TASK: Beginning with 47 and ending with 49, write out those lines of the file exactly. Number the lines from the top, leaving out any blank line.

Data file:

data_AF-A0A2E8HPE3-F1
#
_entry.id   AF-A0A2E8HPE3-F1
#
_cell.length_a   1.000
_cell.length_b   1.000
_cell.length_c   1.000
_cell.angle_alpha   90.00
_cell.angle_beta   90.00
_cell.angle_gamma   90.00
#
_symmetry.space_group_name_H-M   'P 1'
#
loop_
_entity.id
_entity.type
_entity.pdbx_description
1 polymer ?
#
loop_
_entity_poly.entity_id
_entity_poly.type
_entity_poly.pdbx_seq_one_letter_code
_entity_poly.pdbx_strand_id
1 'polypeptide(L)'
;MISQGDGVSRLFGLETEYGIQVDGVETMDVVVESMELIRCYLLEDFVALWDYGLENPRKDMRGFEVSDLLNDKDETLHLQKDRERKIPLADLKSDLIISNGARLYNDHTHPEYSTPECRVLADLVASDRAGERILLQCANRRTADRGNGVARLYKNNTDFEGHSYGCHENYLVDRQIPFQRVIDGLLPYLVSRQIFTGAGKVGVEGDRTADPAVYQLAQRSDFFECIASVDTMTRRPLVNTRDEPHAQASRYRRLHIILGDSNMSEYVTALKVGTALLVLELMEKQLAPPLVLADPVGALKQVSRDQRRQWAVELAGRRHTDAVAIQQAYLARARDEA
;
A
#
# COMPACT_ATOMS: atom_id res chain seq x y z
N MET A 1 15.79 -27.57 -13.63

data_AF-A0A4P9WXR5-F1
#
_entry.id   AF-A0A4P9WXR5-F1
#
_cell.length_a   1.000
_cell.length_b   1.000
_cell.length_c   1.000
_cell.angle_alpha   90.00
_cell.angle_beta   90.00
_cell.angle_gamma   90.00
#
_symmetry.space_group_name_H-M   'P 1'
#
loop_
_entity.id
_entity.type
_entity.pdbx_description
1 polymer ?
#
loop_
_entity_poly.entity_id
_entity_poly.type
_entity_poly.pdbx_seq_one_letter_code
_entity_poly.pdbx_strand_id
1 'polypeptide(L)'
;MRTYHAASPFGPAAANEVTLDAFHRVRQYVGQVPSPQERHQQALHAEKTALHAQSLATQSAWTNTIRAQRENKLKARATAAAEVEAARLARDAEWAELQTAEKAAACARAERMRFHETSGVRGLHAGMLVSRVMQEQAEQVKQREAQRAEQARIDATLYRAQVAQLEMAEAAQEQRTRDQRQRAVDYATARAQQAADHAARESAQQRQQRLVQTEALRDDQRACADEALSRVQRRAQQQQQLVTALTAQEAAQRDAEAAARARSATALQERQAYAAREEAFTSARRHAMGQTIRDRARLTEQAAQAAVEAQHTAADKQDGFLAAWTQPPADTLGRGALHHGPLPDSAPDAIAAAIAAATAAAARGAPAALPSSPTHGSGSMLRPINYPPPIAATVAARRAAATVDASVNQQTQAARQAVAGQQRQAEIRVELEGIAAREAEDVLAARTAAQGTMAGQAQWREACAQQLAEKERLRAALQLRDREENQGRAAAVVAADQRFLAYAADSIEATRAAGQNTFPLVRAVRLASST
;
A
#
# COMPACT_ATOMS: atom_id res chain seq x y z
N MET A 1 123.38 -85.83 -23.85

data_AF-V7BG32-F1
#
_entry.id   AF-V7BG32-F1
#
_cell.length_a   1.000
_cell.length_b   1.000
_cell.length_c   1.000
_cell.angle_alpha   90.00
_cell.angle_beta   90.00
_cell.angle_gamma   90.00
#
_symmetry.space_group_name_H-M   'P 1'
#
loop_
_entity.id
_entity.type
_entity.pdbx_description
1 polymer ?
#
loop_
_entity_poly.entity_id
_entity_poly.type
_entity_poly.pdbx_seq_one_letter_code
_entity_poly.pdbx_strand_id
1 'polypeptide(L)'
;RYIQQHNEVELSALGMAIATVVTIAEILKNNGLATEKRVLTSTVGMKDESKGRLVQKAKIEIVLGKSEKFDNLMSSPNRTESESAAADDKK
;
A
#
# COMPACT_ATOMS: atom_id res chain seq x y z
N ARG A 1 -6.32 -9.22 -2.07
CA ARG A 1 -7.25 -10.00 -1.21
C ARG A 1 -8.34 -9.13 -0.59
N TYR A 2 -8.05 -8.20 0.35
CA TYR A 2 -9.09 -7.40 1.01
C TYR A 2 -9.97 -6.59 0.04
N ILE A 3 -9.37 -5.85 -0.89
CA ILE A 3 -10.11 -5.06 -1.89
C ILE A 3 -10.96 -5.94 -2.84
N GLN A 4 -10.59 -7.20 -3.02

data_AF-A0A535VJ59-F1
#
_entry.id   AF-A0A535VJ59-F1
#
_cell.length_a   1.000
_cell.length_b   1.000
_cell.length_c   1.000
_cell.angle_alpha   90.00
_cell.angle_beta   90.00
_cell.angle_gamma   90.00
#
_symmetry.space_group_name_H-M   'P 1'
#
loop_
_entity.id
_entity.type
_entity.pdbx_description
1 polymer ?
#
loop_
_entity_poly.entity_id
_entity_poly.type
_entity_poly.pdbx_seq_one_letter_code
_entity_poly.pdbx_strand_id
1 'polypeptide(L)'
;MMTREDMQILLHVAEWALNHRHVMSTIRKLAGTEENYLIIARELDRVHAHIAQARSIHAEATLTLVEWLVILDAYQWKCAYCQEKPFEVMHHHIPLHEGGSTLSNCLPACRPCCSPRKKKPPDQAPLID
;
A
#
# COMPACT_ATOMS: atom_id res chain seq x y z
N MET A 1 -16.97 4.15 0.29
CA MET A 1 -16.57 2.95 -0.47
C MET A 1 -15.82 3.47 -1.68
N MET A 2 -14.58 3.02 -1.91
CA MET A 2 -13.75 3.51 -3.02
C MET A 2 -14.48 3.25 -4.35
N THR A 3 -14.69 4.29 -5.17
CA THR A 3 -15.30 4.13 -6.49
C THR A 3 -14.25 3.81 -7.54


_entity.type
_entity.pdbx_description
1 polymer ?